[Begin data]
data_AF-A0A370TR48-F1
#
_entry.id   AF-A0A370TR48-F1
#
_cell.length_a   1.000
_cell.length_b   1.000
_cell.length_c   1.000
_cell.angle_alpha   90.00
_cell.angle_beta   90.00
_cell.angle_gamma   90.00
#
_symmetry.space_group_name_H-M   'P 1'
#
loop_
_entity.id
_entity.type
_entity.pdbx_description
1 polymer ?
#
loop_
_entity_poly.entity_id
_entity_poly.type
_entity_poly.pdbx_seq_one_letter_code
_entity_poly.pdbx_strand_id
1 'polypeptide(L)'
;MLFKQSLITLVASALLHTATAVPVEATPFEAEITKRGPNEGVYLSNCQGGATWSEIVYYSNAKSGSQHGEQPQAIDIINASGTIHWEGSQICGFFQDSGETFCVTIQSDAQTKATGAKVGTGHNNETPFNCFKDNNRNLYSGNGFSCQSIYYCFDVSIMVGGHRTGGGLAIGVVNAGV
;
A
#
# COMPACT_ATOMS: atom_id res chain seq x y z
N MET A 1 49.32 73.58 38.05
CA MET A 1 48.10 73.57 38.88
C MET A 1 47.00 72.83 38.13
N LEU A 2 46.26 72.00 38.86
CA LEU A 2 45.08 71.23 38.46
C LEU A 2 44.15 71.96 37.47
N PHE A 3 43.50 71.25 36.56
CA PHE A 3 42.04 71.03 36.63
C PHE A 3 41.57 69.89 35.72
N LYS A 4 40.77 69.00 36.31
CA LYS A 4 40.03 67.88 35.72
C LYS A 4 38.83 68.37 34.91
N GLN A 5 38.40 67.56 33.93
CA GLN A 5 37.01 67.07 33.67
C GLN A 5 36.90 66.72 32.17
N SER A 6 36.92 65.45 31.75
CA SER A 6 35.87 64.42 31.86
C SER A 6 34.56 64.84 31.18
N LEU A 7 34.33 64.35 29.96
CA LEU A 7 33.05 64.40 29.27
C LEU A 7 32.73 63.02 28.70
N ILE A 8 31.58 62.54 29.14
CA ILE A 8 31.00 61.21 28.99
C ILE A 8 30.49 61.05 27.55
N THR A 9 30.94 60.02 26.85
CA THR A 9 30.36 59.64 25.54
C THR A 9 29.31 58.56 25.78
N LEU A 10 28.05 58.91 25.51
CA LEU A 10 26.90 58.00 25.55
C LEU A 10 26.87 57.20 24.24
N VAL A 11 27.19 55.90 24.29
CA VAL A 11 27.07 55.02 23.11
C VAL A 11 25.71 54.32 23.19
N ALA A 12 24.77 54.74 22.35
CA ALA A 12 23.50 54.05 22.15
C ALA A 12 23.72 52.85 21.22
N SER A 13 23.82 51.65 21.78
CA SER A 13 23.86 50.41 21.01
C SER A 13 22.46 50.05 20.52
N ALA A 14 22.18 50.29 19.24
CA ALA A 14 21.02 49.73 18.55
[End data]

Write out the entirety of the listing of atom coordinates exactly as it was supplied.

data_AF-A0A370TR48-F1
#
_entry.id   AF-A0A370TR48-F1
#
_cell.length_a   1.000
_cell.length_b   1.000
_cell.length_c   1.000
_cell.angle_alpha   90.00
_cell.angle_beta   90.00
_cell.angle_gamma   90.00
#
_symmetry.space_group_name_H-M   'P 1'
#
loop_
_entity.id
_entity.type
_entity.pdbx_description
1 polymer ?
#
loop_
_entity_poly.entity_id
_entity_poly.type
_entity_poly.pdbx_seq_one_letter_code
_entity_poly.pdbx_strand_id
1 'polypeptide(L)'
;MLFKQSLITLVASALLHTATAVPVEATPFEAEITKRGPNEGVYLSNCQGGATWSEIVYYSNAKSGSQHGEQPQAIDIINASGTIHWEGSQICGFFQDSGETFCVTIQSDAQTKATGAKVGTGHNNETPFNCFKDNNRNLYSGNGFSCQSIYYCFDVSIMVGGHRTGGGLAIGVVNAGV
;
A
#
# COMPACT_ATOMS: atom_id res chain seq x y z
N MET A 1 49.32 73.58 38.05
CA MET A 1 48.10 73.57 38.88
C MET A 1 47.00 72.83 38.13
N LEU A 2 46.26 72.00 38.86
CA LEU A 2 45.08 71.23 38.46
C LEU A 2 44.15 71.96 37.47
N PHE A 3 43.50 71.25 36.56
CA PHE A 3 42.04 71.03 36.63
C PHE A 3 41.57 69.89 35.72
N LYS A 4 40.77 69.00 36.31
CA LYS A 4 40.03 67.88 35.72
C LYS A 4 38.83 68.37 34.91
N GLN A 5 38.40 67.56 33.93
CA GLN A 5 37.01 67.07 33.67
C GLN A 5 36.90 66.72 32.17
N SER A 6 36.92 65.45 31.75
CA SER A 6 35.87 64.42 31.86
C SER A 6 34.56 64.84 31.18
N LEU A 7 34.33 64.35 29.96
CA LEU A 7 33.05 64.40 29.27
C LEU A 7 32.73 63.02 28.70
N ILE A 8 31.58 62.54 29.14
CA ILE A 8 31.00 61.21 28.99
C ILE A 8 30.49 61.05 27.55
N THR A 9 30.94 60.02 26.85
CA THR A 9 30.36 59.64 25.54
C THR A 9 29.31 58.56 25.78
N LEU A 10 28.05 58.91 25.51
CA LEU A 10 26.90 58.00 25.55
C LEU A 10 26.87 57.20 24.24
N VAL A 11 27.19 55.90 24.29
CA VAL A 11 27.07 55.02 23.11
C VAL A 11 25.71 54.32 23.19
N ALA A 12 24.77 54.74 22.35
CA ALA A 12 23.50 54.05 22.15
C ALA A 12 23.72 52.85 21.22
N SER A 13 23.82 51.65 21.78
CA SER A 13 23.86 50.41 21.01
C SER A 13 22.46 50.05 20.52
N ALA A 14 22.18 50.29 19.24
CA ALA A 14 21.02 49.73 18.55